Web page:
Wednesday, November 30, 2011

Overwintering Plants


Well, it's that time again. Time to prepare the beds for winter. Last week I dug up the dahlias, cannas and glads. Some people have success keeping the glads in the ground here, but it's borderline. Since we never know how cold it will get (had -40c several years back) I dig them up too.

I am blessed with a stone cold cellar under my very old porch, that's the right temperature and damp enough to keep them fairly well over the winter. I do lose the little dahlias so I keep them in big clumps until spring. I split them in the spring, if possible. They have their "eyes" then so I can make sure each split has a growing piece.
The little pieces dry out, so this year I plan to bring them upstairs around Christmas and soak them all in water for a few days before putting them back into cold storage. I also planted a few small ones in pots of soil and watered them before putting some in the cellar and I put some on a sunny window to grow as houseplants for the winter.

Wintering them over as houseplants is an experiment and something I have not tried before. I cut them right back and let them dry out before potting them up and they have small sprouts now. We'll see how it goes. I have read that they don't do well indoors and are prone to spider mites. I have some tobacco handy to boil and make organic insecticide. I wouldn't spray it on food items but I don't plan to eat the dahlias. (Dahlias are edible, btw ;-)
I labelled the large clumps and put them in plastic bags full of cedar chips and put them on a stone shelf in the cellar. In the past I have wrapped them in newspaper and put into cardboard boxes but, as I said, the little ones have dried up in the past so too much moisture is not a problem. Last year I tossed them all in a heavy plastic storage container and the big ones survived and even sprouted before I got them potted in early spring.

I like the soaking in water at Christmas idea. I will soak the geraniums and
four o'clocks too.

I dug up the showy geraniums this year and am attempting to winter those roots over in the cellar. This is the first year for this also. I washed the soil off and hung them upside down in the cellar with the onions. Some I potted up to grow as houseplants. I do this every year with geraniums and it works great. They bloom their little heads off all winter long and get quite large. I usually make several cuttings in the early spring so I have a lot of them for the big pots outside in June.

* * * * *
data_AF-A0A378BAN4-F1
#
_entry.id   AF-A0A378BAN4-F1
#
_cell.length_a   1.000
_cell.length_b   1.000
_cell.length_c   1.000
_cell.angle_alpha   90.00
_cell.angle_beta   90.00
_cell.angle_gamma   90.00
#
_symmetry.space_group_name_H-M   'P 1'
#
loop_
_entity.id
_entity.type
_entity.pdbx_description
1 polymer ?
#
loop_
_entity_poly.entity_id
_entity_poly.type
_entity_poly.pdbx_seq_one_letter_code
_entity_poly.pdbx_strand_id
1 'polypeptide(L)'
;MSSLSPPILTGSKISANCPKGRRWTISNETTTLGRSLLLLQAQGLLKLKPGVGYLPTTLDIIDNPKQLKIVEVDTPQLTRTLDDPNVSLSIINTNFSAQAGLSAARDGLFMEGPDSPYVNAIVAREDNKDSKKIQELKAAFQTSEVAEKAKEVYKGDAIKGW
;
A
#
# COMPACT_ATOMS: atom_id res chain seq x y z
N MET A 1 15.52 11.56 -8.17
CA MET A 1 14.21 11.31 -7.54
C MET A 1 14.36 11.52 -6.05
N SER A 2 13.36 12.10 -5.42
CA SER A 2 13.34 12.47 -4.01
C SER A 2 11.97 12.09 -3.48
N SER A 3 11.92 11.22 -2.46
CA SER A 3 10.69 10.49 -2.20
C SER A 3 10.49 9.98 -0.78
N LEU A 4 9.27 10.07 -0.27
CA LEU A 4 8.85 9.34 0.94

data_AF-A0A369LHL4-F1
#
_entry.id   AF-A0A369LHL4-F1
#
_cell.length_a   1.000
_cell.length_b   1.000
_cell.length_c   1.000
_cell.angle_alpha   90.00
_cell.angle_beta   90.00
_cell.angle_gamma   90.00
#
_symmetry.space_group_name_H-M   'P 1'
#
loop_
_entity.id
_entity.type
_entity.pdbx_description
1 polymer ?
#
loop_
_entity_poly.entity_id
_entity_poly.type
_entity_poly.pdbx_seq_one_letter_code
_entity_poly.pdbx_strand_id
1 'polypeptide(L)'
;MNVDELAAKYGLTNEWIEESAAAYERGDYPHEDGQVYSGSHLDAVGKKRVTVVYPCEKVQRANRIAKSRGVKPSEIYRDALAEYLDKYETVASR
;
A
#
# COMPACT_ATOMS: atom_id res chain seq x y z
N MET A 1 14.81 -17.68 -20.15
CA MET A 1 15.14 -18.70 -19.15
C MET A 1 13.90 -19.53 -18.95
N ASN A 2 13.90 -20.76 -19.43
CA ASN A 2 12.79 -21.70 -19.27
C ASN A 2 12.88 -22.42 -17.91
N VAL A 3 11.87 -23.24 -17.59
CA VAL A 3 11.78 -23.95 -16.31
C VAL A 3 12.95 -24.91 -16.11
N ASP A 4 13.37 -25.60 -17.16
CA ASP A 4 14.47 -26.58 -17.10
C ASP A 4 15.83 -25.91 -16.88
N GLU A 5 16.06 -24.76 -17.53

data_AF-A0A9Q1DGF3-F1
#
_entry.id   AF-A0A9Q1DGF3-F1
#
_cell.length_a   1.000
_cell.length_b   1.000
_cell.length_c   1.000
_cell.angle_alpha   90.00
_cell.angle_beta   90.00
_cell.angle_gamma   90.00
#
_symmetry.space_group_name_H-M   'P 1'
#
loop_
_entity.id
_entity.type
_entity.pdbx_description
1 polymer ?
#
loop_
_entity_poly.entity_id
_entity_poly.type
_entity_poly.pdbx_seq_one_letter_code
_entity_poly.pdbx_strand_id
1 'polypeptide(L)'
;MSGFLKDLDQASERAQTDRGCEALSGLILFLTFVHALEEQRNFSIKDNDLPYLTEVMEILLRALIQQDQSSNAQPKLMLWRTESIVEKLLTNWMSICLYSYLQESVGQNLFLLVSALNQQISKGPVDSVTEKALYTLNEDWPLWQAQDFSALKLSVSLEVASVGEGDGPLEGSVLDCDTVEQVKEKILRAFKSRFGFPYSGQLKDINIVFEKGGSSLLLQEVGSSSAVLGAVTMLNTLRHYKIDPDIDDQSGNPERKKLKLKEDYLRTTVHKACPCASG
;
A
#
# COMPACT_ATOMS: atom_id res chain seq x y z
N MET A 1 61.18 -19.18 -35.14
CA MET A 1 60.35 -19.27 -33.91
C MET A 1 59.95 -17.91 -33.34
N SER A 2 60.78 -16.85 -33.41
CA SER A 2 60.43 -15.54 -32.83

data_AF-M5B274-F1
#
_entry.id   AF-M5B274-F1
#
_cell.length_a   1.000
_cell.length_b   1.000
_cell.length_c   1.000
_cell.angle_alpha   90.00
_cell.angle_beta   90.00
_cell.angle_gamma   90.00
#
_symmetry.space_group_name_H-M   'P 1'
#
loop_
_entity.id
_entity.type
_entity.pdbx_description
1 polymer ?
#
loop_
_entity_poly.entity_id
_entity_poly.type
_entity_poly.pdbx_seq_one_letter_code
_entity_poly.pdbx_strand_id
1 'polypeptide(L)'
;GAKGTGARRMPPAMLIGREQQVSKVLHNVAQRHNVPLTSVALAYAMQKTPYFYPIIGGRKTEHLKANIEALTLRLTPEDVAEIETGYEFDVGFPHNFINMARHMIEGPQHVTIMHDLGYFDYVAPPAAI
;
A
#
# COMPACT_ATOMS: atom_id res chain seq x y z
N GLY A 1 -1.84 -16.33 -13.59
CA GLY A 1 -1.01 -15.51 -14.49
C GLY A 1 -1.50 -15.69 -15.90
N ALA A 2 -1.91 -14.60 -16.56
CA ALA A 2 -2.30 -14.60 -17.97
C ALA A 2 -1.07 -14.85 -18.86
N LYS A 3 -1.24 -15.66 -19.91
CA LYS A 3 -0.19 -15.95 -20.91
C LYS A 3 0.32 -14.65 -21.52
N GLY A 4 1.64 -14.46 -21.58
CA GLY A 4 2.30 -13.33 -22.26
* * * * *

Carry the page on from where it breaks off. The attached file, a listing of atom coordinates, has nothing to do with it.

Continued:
Another item I am attempting to winter over for the first time this year is the rosemary. I have 5 large, beautiful plants and don't want to lose them over the winter. I potted them all up and put two in the house and three in the cellar. I plan to keep them on the dry side in both places. I have also read that rosemary doesn't do well indoors, but we'll see how it goes.

I have some flourescent lights I would like to install for an indoor winter garden. I'm just not sure how to do the wiring and I need to get bulbs for them, I think. I haven't really looked at it yet. I'm sure I'll figure it out. I have become quite adept at DIY scrounging, troubleshooting and puzzles! I like a challenge!

I want this indoor garden enough to spend some time on it soon. I'm hoping to grow some tomatoes, peppers and lettuce indoors all winter! I have a large patio door that faces south with no overhang and lots of space for shelving. I only need to supplement the lighting at both ends of the day during the cheap power hours and maybe all day on weekends when days are their shortest.

4 comments:

Michelle's Green Thumb said...

I've found out that if I have to dig up plants in the fall in order to 'save' them, they are not the plants for me. Restricts me a bit, but also saves me money & grief. I've actually let my glads remain in the ground & even though they don't bloom each year, they'll bloom really late - almost end of September.

I also have rosemary that I'm a bit concerned about - there are a few I moved into the greenhouse for the winter & then some living in my flower boxes - which are right beside the house & should keep warm enough for the winter. I think it's the rain that drowns them & then sudden cold snaps that freezes them into solid ice chunks that kills them. If we had a snow cover, I don't think it would be too much of an issue.

I do have scented geraniums in the house for the winter. I love the smell & the shape of their leaves & strangely enough, they are requiring more care & attention now that they are inside than they received all summer long outdoors.

Providence Acres Farm said...

I love the geraniums in the house in the winter too! They get huge and bloom all winter long! I keep cutting them back and rooting the pieces to keep them from getting leggy, ditto for the coleus that I brought inside.

I like the bulbs that I dig up because I can put them in a different place the following year. I like to move things around out there.

We get snow cover here but the rosemary still doesn't make it. This year I am determined to start the early spring with several rosemary plants!

The Japanese Redneck said...

I'm glad I don't have to dig up my cannas.

And so far my Rosemary has made it thru winter too.

Sylvana said...

I have kept rosemary in my house over the winter successfully. I just put them in a South facing window, no extra light. The most important thing to remember is do not let them dry out completely. Make sure the pot soil is well draining but kept watered.

The beautiful thing about winter rosemary is the leaves are so tender :)